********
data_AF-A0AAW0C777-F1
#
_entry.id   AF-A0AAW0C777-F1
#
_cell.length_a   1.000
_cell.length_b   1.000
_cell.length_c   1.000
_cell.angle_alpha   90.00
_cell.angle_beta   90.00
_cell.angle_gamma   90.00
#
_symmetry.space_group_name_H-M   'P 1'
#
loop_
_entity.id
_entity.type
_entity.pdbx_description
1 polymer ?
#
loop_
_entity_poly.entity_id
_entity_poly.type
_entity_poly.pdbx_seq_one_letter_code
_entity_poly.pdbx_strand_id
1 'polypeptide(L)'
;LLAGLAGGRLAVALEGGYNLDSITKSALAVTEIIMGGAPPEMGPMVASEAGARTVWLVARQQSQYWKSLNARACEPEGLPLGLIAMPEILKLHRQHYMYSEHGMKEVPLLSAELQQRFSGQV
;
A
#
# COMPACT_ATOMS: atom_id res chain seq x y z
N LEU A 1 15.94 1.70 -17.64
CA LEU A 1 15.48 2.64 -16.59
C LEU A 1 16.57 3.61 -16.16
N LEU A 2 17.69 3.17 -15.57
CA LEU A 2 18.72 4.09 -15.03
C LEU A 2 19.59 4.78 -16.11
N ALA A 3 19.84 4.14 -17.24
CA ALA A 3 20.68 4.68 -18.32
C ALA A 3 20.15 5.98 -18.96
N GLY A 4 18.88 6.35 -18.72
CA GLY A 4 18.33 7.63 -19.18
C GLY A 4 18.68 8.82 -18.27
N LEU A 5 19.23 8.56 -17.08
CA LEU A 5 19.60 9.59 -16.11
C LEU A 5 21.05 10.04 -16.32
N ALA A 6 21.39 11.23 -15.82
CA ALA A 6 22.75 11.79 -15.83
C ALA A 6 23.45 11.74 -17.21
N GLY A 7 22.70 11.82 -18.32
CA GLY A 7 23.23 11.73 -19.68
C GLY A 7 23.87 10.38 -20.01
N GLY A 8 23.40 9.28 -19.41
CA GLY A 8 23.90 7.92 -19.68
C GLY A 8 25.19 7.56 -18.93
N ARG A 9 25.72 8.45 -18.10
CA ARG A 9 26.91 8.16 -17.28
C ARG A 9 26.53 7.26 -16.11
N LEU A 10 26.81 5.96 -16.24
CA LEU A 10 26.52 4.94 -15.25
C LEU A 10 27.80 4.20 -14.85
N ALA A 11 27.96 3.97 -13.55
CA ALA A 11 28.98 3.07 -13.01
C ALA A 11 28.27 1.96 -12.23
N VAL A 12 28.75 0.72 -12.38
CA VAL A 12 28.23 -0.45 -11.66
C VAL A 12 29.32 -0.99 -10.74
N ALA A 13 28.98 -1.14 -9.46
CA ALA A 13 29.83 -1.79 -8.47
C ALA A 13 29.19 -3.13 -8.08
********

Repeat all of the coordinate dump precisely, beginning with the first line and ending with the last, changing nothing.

data_AF-A0AAW0C777-F1
#
_entry.id   AF-A0AAW0C777-F1
#
_cell.length_a   1.000
_cell.length_b   1.000
_cell.length_c   1.000
_cell.angle_alpha   90.00
_cell.angle_beta   90.00
_cell.angle_gamma   90.00
#
_symmetry.space_group_name_H-M   'P 1'
#
loop_
_entity.id
_entity.type
_entity.pdbx_description
1 polymer ?
#
loop_
_entity_poly.entity_id
_entity_poly.type
_entity_poly.pdbx_seq_one_letter_code
_entity_poly.pdbx_strand_id
1 'polypeptide(L)'
;LLAGLAGGRLAVALEGGYNLDSITKSALAVTEIIMGGAPPEMGPMVASEAGARTVWLVARQQSQYWKSLNARACEPEGLPLGLIAMPEILKLHRQHYMYSEHGMKEVPLLSAELQQRFSGQV
;
A
#
# COMPACT_ATOMS: atom_id res chain seq x y z
N LEU A 1 15.94 1.70 -17.64
CA LEU A 1 15.48 2.64 -16.59
C LEU A 1 16.57 3.61 -16.16
N LEU A 2 17.69 3.17 -15.57
CA LEU A 2 18.72 4.09 -15.03
C LEU A 2 19.59 4.78 -16.11
N ALA A 3 19.84 4.14 -17.24
CA ALA A 3 20.68 4.68 -18.32
C ALA A 3 20.15 5.98 -18.96
N GLY A 4 18.88 6.35 -18.72
CA GLY A 4 18.33 7.63 -19.18
C GLY A 4 18.68 8.82 -18.27
N LEU A 5 19.23 8.56 -17.08
CA LEU A 5 19.60 9.59 -16.11
C LEU A 5 21.05 10.04 -16.32
N ALA A 6 21.39 11.23 -15.82
CA ALA A 6 22.75 11.79 -15.83
C ALA A 6 23.45 11.74 -17.21
N GLY A 7 22.70 11.82 -18.32
CA GLY A 7 23.23 11.73 -19.68
C GLY A 7 23.87 10.38 -20.01
N GLY A 8 23.40 9.28 -19.41
CA GLY A 8 23.90 7.92 -19.68
C GLY A 8 25.19 7.56 -18.93
N ARG A 9 25.72 8.45 -18.10
CA ARG A 9 26.91 8.16 -17.28
C ARG A 9 26.53 7.26 -16.11
N LEU A 10 26.81 5.96 -16.24
CA LEU A 10 26.52 4.94 -15.25
C LEU A 10 27.80 4.20 -14.85
N ALA A 11 27.96 3.97 -13.55
CA ALA A 11 28.98 3.07 -13.01
C ALA A 11 28.27 1.96 -12.23
N VAL A 12 28.75 0.72 -12.38
CA VAL A 12 28.23 -0.45 -11.66
C VAL A 12 29.32 -0.99 -10.74
N ALA A 13 28.98 -1.14 -9.46
CA ALA A 13 29.83 -1.79 -8.47
C ALA A 13 29.19 -3.13 -8.08